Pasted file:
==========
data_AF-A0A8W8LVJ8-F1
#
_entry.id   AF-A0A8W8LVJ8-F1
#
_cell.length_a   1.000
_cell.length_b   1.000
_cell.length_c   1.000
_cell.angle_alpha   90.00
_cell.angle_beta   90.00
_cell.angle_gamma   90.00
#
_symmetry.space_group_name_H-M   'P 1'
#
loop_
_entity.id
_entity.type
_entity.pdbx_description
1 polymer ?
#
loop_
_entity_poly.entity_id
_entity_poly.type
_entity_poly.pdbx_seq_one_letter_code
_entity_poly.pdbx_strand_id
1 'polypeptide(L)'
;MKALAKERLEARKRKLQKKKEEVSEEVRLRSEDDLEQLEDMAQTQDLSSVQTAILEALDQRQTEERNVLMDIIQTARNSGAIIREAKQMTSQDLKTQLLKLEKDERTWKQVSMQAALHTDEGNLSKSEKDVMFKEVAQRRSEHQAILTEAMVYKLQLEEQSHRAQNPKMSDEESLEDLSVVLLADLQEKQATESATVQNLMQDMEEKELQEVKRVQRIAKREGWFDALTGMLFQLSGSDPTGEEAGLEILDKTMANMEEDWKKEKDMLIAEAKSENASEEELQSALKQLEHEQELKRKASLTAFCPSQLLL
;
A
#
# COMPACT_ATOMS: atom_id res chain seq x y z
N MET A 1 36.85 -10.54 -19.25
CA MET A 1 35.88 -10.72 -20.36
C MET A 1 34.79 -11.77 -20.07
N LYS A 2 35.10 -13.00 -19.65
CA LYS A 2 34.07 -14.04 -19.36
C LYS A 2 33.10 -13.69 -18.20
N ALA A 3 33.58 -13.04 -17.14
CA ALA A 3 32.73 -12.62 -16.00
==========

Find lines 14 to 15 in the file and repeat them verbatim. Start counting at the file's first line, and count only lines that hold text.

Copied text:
loop_
_entity.id